In 2019, 3.7 million students graduated from high school in the United States. Approximately 60% of them, over 2.2 million students, took the SAT (National Center for Education Statistics). These students shared their SAT scores with colleges and universities across the country, to be included as part of their college applications. The majority of these institutions consider SAT scores to be of “moderate” to “considerably high” importance in college admissions decisions (Zwick 2012
). Therefore, for high school students in the United States, the SAT is one of the most, if not the most, important standardized tests that they will ever take (Hannon 2012
There is an ongoing debate about the use of standardized tests in education, especially with respect to the SAT and college admissions. Proponents of the SAT argue that the test provides an objective measure of cognitive ability and SAT scores can be used to predict college performance. Indeed, overall SAT scores are highly correlated with scores on standardized tests of intelligence (e.g., SAT and ASVAB g
, r = 0.82 (Frey and Detterman 2004
); SAT and ASVAB g
, r = 0.73 (Coyle 2015
), and SAT scores are correlated with college GPA (e.g., SAT and first-year GPA, r = 0.51 (Westrick et al. 2019
); SAT and first-year GPA adjusted for course difficulty, r = 0.55 (Berry and Sackett 2008
). Despite this overwhelming evidence for construct validity and predictive validity, the SAT is widely criticized. Some critics recognize the utility of the SAT but argue that test scores should be given less consideration in college admissions decisions. More extreme critics argue that the SAT (and standardized testing in general) is biased and should be abandoned.
In the current issue of the Journal of Intelligence
) reports a novel and intriguing pattern of results that could be interpreted as evidence that the SAT is biased against Hispanic students. Specifically, Hannon’s analyses suggest that non-cognitive factors, such as test anxiety, contribute to SAT performance and the impact of test anxiety on the SAT is stronger among Hispanic students than European-American students. Importantly, this pattern of results was observed after controlling for individual differences in cognitive abilities. In other words, Hispanic and European-American students with the same level of cognitive ability may perform differently on the SAT due to test anxiety, and the difference will favor European-American students.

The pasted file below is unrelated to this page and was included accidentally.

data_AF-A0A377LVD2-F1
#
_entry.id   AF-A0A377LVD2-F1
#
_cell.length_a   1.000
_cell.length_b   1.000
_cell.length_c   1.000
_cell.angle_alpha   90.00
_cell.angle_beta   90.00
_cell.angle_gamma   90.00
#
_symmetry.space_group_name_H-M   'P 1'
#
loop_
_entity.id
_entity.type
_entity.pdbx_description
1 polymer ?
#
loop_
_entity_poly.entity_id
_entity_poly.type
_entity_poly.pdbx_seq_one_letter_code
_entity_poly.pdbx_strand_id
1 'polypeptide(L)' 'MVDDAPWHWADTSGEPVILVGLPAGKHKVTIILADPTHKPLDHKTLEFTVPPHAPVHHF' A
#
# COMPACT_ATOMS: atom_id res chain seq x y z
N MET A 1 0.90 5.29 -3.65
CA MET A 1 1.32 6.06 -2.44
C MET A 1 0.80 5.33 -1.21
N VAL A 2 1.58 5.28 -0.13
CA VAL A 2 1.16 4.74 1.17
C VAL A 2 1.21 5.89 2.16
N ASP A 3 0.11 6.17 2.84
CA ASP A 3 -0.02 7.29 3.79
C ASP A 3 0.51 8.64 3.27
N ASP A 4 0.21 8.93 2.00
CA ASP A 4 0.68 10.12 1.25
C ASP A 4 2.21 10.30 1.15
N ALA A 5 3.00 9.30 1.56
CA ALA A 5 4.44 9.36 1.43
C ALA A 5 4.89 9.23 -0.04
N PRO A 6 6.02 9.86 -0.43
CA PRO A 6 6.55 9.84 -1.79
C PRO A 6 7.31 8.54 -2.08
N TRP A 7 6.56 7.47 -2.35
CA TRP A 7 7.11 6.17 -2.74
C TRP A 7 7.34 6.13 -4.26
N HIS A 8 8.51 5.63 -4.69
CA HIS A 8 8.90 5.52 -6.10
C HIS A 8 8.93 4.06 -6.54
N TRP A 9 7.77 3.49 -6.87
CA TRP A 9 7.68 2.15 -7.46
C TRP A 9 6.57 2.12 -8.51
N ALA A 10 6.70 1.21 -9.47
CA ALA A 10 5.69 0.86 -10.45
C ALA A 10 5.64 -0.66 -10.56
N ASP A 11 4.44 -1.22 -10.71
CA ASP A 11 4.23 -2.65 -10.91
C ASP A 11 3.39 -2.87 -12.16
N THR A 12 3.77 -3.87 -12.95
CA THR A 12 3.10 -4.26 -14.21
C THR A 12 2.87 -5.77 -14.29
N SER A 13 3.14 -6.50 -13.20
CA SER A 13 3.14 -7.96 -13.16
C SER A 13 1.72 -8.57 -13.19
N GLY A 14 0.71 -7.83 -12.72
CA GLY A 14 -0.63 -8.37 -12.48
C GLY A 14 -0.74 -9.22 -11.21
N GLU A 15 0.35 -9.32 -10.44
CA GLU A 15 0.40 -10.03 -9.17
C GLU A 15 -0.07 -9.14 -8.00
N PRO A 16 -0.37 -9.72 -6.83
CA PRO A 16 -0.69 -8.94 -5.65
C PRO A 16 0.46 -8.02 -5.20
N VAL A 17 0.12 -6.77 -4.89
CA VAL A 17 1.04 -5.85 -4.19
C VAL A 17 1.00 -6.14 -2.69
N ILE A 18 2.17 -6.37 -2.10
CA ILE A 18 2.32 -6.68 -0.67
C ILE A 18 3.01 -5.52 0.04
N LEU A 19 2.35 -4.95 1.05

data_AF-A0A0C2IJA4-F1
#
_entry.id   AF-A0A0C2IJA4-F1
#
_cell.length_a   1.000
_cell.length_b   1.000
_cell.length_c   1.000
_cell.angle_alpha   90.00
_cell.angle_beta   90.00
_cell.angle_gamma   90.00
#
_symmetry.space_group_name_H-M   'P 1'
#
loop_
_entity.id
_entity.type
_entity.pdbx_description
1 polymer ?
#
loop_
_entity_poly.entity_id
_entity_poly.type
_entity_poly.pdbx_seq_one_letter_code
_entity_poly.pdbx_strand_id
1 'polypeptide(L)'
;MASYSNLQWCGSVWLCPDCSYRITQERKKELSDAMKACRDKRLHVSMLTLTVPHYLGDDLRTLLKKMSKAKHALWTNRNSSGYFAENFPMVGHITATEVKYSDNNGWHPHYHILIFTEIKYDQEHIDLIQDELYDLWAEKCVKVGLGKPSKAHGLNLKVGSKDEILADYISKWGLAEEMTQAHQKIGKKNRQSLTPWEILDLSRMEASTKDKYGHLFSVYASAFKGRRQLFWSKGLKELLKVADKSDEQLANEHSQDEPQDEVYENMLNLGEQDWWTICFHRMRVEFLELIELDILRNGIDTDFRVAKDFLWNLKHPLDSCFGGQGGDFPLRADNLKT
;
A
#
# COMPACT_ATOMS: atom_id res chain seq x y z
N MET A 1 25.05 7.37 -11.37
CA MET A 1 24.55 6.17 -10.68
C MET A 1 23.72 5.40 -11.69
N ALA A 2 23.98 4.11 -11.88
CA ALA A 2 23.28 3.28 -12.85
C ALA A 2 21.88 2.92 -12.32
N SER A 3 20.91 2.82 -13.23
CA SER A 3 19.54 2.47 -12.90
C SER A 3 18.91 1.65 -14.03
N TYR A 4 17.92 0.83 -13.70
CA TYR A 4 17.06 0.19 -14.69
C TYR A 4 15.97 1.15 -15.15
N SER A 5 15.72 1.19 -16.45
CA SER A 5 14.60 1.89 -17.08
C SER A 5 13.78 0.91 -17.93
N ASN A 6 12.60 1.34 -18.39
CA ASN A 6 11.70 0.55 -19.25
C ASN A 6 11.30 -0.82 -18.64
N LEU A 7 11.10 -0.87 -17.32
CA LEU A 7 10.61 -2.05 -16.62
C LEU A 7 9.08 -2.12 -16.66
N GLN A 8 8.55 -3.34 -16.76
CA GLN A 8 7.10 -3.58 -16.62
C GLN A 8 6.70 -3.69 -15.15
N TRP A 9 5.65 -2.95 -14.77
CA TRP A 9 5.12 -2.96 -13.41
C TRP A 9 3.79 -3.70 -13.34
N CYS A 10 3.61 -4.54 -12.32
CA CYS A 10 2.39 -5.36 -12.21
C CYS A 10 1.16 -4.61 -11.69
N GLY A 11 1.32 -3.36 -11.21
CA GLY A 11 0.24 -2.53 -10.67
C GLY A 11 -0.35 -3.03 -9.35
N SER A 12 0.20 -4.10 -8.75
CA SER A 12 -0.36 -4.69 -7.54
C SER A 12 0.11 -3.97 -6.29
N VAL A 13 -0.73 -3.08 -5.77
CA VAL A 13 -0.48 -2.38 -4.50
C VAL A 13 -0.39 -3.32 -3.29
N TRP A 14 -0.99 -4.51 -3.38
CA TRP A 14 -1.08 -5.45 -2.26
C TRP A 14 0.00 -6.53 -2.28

The group differences reported by Hannon could have serious implications for how we interpret SAT scores. However, Hannon’s results are inconsistent with previous findings with respect to the SAT. Firstly, as mentioned, overall SAT scores are highly correlated with the general factor (g
) of the ASVAB (r = 0.82 and 0.73). This means that cognitive abilities explain between 50% and 75% of the variance in the SAT. In Hannon’s study, the aggregate of cognitive ability measures explained only 24% of the variance. It is therefore not clear if Hannon truly accounted for individual differences in cognitive ability when investigating the contribution of non-cognitive factors. Secondly, systematic investigations designed to detect test bias in the SAT and other standardized tests consistently fail to find evidence of bias (Linn 1973
; Young 2001
). For example, if the SAT is less reflective of cognitive ability in Hispanic students compared to European-American students then the correlation between SAT scores and college GPA should be lower in Hispanic students. Across multiple studies, however, this pattern of “underprediction” has not been observed (for a review, see Sackett et al. 2008
We argue that there are multiple problems with Hannon’s investigation and interpretation, and we conclude that Hannon’s results do not provide sufficient evidence to suggest that non-cognitive factors play a significant role in the SAT or that they impact European-American and Hispanic students differently. Our conclusion is based on the following 4 observations:
1.1. Inadequate Measurement of Cognitive Abilities
Hannon reported a significant relationship between test anxiety and the SAT, which was moderated by ethnicity, after controlling for cognitive abilities. Controlling for cognitive abilities is necessary to make claims about the impact of non-cognitive factors on the SAT. For example, if cognitive and non-cognitive factors are correlated and cognitive factors are not fully accounted for, then the analysis will overestimate the impact of non-cognitive factors.
The problem with Hannon’s analysis is that “cognitive abilities” were measured with just two tasks: operation span and knowledge integration. This is an extremely limited approach to the assessment of cognitive ability. A more comprehensive approach would have included multiple constructs and multiple tasks per construct. For example, fluid reasoning and processing speed are two well established, broad cognitive abilities but were not assessed. In addition, working memory capacity is typically measured with multiple tasks, not just a single task. For example, Unsworth et al.